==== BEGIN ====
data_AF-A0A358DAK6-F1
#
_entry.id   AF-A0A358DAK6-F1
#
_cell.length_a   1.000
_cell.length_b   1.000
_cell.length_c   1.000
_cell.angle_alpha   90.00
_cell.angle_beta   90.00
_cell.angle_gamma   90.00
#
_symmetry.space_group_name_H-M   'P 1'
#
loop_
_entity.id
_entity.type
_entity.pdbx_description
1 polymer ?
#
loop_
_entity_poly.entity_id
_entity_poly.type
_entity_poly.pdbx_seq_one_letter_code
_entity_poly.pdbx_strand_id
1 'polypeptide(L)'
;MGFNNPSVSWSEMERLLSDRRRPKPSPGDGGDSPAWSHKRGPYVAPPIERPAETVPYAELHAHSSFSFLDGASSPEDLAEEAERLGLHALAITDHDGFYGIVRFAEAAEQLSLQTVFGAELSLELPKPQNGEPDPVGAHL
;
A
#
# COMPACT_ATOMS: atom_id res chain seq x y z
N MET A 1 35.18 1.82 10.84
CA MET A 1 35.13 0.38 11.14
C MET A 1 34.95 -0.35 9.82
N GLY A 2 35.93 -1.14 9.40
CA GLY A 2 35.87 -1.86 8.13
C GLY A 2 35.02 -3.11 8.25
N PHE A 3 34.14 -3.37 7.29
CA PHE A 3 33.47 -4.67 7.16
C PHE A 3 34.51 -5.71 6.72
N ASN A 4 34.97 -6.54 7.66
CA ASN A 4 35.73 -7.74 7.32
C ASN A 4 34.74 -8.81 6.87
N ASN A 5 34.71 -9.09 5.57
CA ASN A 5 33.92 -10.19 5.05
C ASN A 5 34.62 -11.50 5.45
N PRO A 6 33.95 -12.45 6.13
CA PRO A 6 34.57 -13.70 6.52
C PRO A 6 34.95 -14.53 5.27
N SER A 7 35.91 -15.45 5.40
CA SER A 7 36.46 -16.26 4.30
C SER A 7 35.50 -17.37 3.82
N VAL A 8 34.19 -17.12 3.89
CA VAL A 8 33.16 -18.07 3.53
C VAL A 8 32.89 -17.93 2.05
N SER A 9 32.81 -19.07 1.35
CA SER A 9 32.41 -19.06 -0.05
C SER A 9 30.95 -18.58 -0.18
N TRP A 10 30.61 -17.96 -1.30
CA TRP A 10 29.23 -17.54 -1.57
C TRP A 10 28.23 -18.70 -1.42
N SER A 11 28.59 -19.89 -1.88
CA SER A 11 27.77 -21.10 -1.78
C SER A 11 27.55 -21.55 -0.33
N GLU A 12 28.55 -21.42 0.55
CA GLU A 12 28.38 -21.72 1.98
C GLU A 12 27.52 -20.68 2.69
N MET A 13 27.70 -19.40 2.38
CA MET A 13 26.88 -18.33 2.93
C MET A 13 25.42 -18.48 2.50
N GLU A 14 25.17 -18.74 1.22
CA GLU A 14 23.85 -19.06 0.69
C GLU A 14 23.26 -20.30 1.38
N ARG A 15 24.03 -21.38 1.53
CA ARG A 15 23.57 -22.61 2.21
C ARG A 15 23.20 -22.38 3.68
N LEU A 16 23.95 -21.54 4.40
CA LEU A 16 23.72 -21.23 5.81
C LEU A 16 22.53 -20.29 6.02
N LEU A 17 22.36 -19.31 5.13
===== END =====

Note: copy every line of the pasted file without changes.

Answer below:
data_AF-A0A358DAK6-F1
#
_entry.id   AF-A0A358DAK6-F1
#
_cell.length_a   1.000
_cell.length_b   1.000
_cell.length_c   1.000
_cell.angle_alpha   90.00
_cell.angle_beta   90.00
_cell.angle_gamma   90.00
#
_symmetry.space_group_name_H-M   'P 1'
#
loop_
_entity.id
_entity.type
_entity.pdbx_description
1 polymer ?
#
loop_
_entity_poly.entity_id
_entity_poly.type
_entity_poly.pdbx_seq_one_letter_code
_entity_poly.pdbx_strand_id
1 'polypeptide(L)'
;MGFNNPSVSWSEMERLLSDRRRPKPSPGDGGDSPAWSHKRGPYVAPPIERPAETVPYAELHAHSSFSFLDGASSPEDLAEEAERLGLHALAITDHDGFYGIVRFAEAAEQLSLQTVFGAELSLELPKPQNGEPDPVGAHL
;
A
#
# COMPACT_ATOMS: atom_id res chain seq x y z
N MET A 1 35.18 1.82 10.84
CA MET A 1 35.13 0.38 11.14
C MET A 1 34.95 -0.35 9.82
N GLY A 2 35.93 -1.14 9.40
CA GLY A 2 35.87 -1.86 8.13
C GLY A 2 35.02 -3.11 8.25
N PHE A 3 34.14 -3.37 7.29
CA PHE A 3 33.47 -4.67 7.16
C PHE A 3 34.51 -5.71 6.72
N ASN A 4 34.97 -6.54 7.66
CA ASN A 4 35.73 -7.74 7.32
C ASN A 4 34.74 -8.81 6.87
N ASN A 5 34.71 -9.09 5.57
CA ASN A 5 33.92 -10.19 5.05
C ASN A 5 34.62 -11.50 5.45
N PRO A 6 33.95 -12.45 6.13
CA PRO A 6 34.57 -13.70 6.52
C PRO A 6 34.95 -14.53 5.27
N SER A 7 35.91 -15.45 5.40
CA SER A 7 36.46 -16.26 4.30
C SER A 7 35.50 -17.37 3.82
N VAL A 8 34.19 -17.12 3.89
CA VAL A 8 33.16 -18.07 3.53
C VAL A 8 32.89 -17.93 2.05
N SER A 9 32.81 -19.07 1.35
CA SER A 9 32.41 -19.06 -0.05
C SER A 9 30.95 -18.58 -0.18
N TRP A 10 30.61 -17.96 -1.30
CA TRP A 10 29.23 -17.54 -1.57
C TRP A 10 28.23 -18.70 -1.42
N SER A 11 28.59 -19.89 -1.88
CA SER A 11 27.77 -21.10 -1.78
C SER A 11 27.55 -21.55 -0.33
N GLU A 12 28.55 -21.42 0.55
CA GLU A 12 28.38 -21.72 1.98
C GLU A 12 27.52 -20.68 2.69
N MET A 13 27.70 -19.40 2.38
CA MET A 13 26.88 -18.33 2.93
C MET A 13 25.42 -18.48 2.50
N GLU A 14 25.17 -18.74 1.22
CA GLU A 14 23.85 -19.06 0.69
C GLU A 14 23.26 -20.30 1.38
N ARG A 15 24.03 -21.38 1.53
CA ARG A 15 23.57 -22.61 2.21
C ARG A 15 23.20 -22.38 3.68
N LEU A 16 23.95 -21.54 4.40
CA LEU A 16 23.72 -21.23 5.81
C LEU A 16 22.53 -20.29 6.02
N LEU A 17 22.36 -19.31 5.13